J.S. Bach (1685-1750) Toccata in E minor BWV 914
F.J Haydn (1732-1809) Piano Sonata 47 h.o.b. 32 in B minor
F. Liszt (1811-1886) Deux Legends S. 175 – 1. St. François d’Assise: La prédication aux oiseaux S. 175; 2. St. François de Paule marchant sur les flots
Stephen Gott, piano
The splendid new Bechstein piano showroom in Manchester, the piano maker’s first purpose-built showroom in the United Kingdom since the Bechstein (now Wigmore) Hall was opened in London in 1901, boasts an attractive recital room with a C. Bechstein Model C 234 concert grand. The showroom hosts regular recitals and on Thursday 13 British-American pianist Stephen Gott performed music by Bach, Haydn and Liszt.
I have known Stephen for nearly 15 years now: we first met on a piano course hosted by our teacher, Penelope Roskell, where he gave a mature, thoughtful performance of Chopin’s Fourth Ballade, the memory of which has stayed with me ever since. Stephen is a very dedicated, hardworking young pianist, who started to learn the piano relatively late, in his teens. He studied at London’s Trinity-Laban and the University of Huddersfield, and is currently studying privately with Pascal Nemirovski.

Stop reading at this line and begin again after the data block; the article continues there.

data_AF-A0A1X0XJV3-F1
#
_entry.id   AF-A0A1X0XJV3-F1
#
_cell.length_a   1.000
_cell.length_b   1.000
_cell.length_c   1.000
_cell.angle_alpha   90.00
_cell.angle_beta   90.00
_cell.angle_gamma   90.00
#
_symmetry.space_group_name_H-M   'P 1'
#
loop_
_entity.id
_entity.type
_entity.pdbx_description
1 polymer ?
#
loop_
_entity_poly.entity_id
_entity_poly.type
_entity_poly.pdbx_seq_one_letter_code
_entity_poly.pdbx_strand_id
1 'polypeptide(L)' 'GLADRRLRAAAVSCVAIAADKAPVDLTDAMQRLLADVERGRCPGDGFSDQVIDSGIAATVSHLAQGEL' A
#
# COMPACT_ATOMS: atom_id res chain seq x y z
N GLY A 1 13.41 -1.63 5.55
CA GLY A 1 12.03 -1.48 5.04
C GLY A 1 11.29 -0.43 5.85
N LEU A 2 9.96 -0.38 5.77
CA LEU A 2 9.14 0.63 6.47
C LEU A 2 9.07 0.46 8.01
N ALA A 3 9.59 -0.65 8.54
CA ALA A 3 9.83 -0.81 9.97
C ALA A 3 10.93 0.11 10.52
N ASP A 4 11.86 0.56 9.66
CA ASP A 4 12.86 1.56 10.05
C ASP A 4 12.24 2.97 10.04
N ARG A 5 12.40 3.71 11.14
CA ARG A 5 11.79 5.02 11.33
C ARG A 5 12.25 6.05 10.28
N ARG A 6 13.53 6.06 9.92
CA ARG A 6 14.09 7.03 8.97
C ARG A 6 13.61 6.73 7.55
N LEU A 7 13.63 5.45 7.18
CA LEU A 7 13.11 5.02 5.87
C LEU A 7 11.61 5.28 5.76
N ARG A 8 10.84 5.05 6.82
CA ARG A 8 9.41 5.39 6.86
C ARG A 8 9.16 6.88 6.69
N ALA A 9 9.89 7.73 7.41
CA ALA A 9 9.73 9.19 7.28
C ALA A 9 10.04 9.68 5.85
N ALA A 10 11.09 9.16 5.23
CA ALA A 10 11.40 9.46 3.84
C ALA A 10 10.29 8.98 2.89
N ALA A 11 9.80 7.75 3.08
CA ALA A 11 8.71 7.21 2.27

His programme for his Bechstein recital displayed a nicely balanced range of repertoire from Bach to Liszt. The Bach Toccata in E minor was suitably serious in mood (E minor being perhaps Bach’s darkest, most serious key) and Stephen neatly portrayed the fantasia elements in the opening section, while the section second had energy and focus, with a good sense of forward motion.
The Haydn sonata was spirited, its elegant middle movement a pleasing contrast to the drama of the outer movements. But it was in the Liszt Legendes that Stephen really impressed and in which I felt he seemed most comfortable (and I know from conversations with him that he adores the music of Liszt, especially the more serious works such as these). From the fluttering, twittering birds of the first Legende (‘St Francis of Assisi preaching to the birds’) to the rolling, swelling waves of the second, Stephen played with sensitivity, expression and a clear understanding of not only the structure of these pieces but also the Biblical narratives which inspired Liszt. The second Legende was particularly rich in drama, the rise and fall of its narrative tension masterfully managed by Stephen, and providing an exciting, virtuosic close to this recital.